People want to be treated individually and not be brushed off with a standard answer: statements like "sorry that you have not received your order” or “we will check that“ won’t make anyone happy. Instead, make the interaction more personal by addressing the customer's problem directly. Remember, this is social media and not a formal format like a support hotline or email. If your company's policy allows it, address the customer by his first name. Also, have your social media agent respond to the request in his own name, like e.g.: “Hello Joseph, we are really sorry that your delivery has not yet arrived. What is your tracking number? We take care of it directly. Greetings Anne.” This gives the customer the feeling that he is dealing with a real person rather than a faceless customer service department.
When communicating, also adapt to the tone of the consumer: if you are dealing with a user who politely draws your attention to a problem and even uses a smiling smiley, your answer may also be "happy" and include suitable emojis. Even small jokes are allowed. However, if someone is really angry, use a neutral tone to avoid spurring them on.
Don't wait for an answer but be careful when making political statements
In an ideal world, every company has a social media team that responds to customer comments around the clock within a few minutes. However, this is rarely possible. Instead, enter “opening hours” on your social media profiles to let everyone know when you are best reachable. During this time, you should answer the inquiries within 60 to 120 minutes - the faster the better. According to a study by NM Incite, the joint venture between Nielsen and McKinsey, 33% of those surveyed would recommend a brand that gives a prompt answer, even if it does not lead to the goal. So, authorize and train your employees well, since this is the only way to react quickly and independently to customer problems, instead of having to wait for the superior's permission.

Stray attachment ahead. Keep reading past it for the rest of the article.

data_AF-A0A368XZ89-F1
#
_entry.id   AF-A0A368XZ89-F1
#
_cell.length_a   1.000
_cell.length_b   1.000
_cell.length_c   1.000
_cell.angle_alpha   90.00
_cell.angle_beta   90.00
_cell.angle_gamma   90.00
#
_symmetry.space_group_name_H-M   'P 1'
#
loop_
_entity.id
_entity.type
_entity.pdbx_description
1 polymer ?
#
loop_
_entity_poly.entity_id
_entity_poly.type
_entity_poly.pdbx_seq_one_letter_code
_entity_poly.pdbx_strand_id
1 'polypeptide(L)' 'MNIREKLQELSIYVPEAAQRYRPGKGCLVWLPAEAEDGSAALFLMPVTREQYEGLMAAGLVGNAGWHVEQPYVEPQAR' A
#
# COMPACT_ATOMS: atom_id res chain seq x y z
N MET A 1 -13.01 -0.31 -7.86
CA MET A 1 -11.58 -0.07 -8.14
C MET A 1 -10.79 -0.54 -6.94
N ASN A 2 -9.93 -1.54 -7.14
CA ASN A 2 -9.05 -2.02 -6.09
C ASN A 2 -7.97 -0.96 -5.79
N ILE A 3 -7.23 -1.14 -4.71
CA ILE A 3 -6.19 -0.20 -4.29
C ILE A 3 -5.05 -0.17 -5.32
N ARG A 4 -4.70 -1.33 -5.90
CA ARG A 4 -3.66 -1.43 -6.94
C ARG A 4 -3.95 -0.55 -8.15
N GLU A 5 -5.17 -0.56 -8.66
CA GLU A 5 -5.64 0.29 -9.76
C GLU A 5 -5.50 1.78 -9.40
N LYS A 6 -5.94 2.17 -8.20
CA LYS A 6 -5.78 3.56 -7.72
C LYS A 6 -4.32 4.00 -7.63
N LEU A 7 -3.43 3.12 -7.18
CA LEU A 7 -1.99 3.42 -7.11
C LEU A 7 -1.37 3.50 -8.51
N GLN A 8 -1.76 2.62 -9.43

If you want to express a political opinion on social media, it must be well-thought-out. It is important that your attitude and statements are fully reflected in your brand. You should also be aware that people on the Internet can be resentful: if you work for environmental protection today, but have emitted large amounts of greenhouse gases in the past in the production of your goods, rest assured that your customers will remind you - again and again.
By Daniela La Marca